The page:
Miami Heat: Udonis Haslem is back for another year, now what?

MIAMI, FL - AUGUST 09: Dewan Huell of the Miami Hurricanes defends Udonis Haslem of the Miami Heat during NBA Off-season training with Remy Workouts on August 8, 2018 in Miami, Florida. (Photo by Michael Reaves/Getty Images)
MIAMI, FL - AUGUST 09: Dewan Huell of the Miami Hurricanes defends Udonis Haslem of the Miami Heat during NBA Off-season training with Remy Workouts on August 8, 2018 in Miami, Florida. (Photo by Michael Reaves/Getty Images) /

The Miami Heat have re-signed franchise fixture Udonis Haslem.

Just a few months ago, there was a legitimate concern that Miami Heat star Udonis Haslem might not play another season in the NBA.

Although the 38-year-old had given the last 15 years of his life to the city of Miami, he stood unsure of whether to etch another tally mark onto his legacy.

Knowing his playing days are creeping to a close, Haslem contested over the summer that he had some game left in him, and considered using the last of his legs overseas, where playing time would be more of a guarantee.

"“I’m just trying to have fun,” Haslem told in June. “I’ve got a lot of energy. It ain’t always getting exerted on the court. So I’ve got to figure out somewhere to put it. I’ve got game left in me. I might just go play in China or Europe or something. I’ve got some game left. I ain’t really trying to waste it too much more. So, we’ll figure it out.”"

If play time was a priority, he was certainly pointed in the right direction.

In the last two seasons in Miami, Haslem has played 16 and 14 games, usually resigned to garbage time and saving Miami’s rotation players from foul trouble.

Playing in Europe or Asia would certainly see Haslem’s on court incorporation, as benches run a bit shorter and age is less of an impediment than in the NBA.

But as so many Americans return to their school and work routines, Haslem too returns to what he knows best.

According to the Associated Press, Haslem and the Miami Heat have agreed to a one-year, $2.4 million deal for his 16th season.

The deal, which clocks in at the league’s designated veteran minimum for players with 10-plus years of experience, is just enough to give the Heat one final run with its longest tenured player.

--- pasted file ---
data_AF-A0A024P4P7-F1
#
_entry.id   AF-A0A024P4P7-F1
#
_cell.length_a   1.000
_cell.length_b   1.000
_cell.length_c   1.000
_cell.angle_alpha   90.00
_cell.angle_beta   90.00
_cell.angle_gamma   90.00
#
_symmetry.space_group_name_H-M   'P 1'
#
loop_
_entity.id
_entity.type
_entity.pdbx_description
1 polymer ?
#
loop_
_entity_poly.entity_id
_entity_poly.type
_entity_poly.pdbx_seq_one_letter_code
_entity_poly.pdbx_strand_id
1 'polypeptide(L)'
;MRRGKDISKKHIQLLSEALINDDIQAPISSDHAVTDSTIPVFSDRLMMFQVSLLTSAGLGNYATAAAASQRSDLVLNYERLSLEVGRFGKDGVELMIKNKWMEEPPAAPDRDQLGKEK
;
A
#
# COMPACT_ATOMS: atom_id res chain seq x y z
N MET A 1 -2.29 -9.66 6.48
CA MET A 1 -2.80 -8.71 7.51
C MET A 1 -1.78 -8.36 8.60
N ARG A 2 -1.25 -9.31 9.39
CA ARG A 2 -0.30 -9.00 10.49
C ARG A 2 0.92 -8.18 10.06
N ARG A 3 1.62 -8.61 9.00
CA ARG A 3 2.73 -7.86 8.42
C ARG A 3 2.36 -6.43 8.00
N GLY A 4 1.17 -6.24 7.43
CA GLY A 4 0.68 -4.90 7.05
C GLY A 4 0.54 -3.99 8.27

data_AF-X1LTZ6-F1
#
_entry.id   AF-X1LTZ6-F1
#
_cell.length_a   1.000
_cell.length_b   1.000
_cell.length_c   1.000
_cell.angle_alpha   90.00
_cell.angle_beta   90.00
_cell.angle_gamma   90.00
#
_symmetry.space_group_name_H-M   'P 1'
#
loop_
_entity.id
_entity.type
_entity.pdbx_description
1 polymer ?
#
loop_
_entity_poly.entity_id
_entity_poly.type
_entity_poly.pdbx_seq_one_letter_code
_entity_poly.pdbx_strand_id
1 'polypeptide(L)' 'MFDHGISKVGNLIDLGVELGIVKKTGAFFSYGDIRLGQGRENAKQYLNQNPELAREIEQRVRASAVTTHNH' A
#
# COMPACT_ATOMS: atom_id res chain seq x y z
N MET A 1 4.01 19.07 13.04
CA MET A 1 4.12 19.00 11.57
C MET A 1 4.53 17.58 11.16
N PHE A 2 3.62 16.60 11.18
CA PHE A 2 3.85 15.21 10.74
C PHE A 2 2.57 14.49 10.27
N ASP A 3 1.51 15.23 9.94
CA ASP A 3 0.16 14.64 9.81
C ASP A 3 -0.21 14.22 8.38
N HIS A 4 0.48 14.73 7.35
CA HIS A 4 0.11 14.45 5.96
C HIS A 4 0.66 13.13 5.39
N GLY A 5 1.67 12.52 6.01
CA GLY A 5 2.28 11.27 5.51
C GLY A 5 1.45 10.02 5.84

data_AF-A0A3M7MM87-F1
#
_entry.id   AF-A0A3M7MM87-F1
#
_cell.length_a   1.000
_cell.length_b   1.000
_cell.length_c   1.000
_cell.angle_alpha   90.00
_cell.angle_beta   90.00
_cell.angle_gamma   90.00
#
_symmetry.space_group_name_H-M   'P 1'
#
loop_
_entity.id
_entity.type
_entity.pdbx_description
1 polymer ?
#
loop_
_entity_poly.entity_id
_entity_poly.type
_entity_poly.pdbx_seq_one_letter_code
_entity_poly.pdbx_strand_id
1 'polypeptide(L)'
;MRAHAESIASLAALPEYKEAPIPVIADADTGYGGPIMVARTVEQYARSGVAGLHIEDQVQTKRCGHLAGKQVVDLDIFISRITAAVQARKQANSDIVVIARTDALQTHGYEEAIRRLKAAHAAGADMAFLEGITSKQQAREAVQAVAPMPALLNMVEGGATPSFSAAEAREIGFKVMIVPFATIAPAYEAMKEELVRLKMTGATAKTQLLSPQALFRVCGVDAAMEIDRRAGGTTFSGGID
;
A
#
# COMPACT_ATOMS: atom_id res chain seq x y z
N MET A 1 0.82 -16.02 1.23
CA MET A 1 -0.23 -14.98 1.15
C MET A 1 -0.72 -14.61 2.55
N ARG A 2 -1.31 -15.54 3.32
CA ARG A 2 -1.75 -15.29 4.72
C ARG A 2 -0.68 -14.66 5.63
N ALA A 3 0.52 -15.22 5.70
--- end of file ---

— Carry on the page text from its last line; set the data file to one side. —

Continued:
In the wake of unfulfilled retirement send-offs from the likes Ray Allen in 2014 or Mike Miller in 2017, the Heat will have the chance to honor Haslem at least once before the 2018-19 campaign comes to a close.

With training camp and preseason looming, Haslem’s return sends the bat-signal out to another Heat faithful: Dwyane Wade.

Wade and Haslem are the only player duo to share all three of Miami’s NBA championships. Their brotherhood spans the length of their NBA careers, both of which started in the 2003 season.

"“We’re brothers away from the game of basketball,” Wade recalled while playing for the Cleveland Cavaliers. “He was one of the first men that I told I love him. He’s one of the first men I told him I love him, because I do, I definitely do. He’s a brother.”"

Haslem’s return, as the 19th player on Miami’s training camp roster, paves the way for Wade’s similar return. The Heat have regularly confirmed that its two final training camp spots were reserved for Haslem and Wade.

But until Wade decides on his future, Haslem is Miami’s de facto veteran presence.

Where does Miami go from here?

Now that Haslem’s in tow, Miami is simultaneously providing hope that Wade returns, while dashing the dreams of the team’s training camp hopefuls.

Rosters in the NBA are generally capped at 13 active players and a minimum of two inactive players. Entering the 2018-19 season, Miami has 12 players signed to NBA-level deals, and two more affixed to two-way contracts.

Assuming Haslem doesn’t renege on his agreement, he will be Miami’s 13th player on the roster.

And, judging by his career’s precedence, Haslem will be listed as active for every contest, further limiting Miami’s unsigned members chances at making the full-time roster.

The Heat still have the luxury of moving players around throughout the season, especially in the case of injury. But with Haslem guaranteed a spot and Wade assured one too, the Heat are saddled with a roster high in familiarity, and likely to continue to rely on the G-League to develop its prospects.

Barring Wade’s contract discussions, the only unknown that emerges from Haslem’s contract is exactly how often head coach Erik Spoesltra will play him.

Haslem’s current playing trend makes sense. As a Heat veteran, he is generally move valued as a captain and leader than for his box score contributions on a nightly basis.

Still, Haslem’s trademarked toughness and fortitude of mind keeps him able to pick up the pace as needed, battling against players who were in kindergarten when his career began.

Having likely turned down more money and playing time overseas, and with the caveat of 2018-19 potentially being his last season, Haslem might see a shade more floor time, if only as a final salute to one of Miami’s career generals.

Regardless, seeing Haslem return is a total win for the Miami Heat as a whole.

Next. Miami Heat 1-on-1: Is it still Dwyane Wade’s team?. dark

Now, all sights are set on bringing back Wade just the same.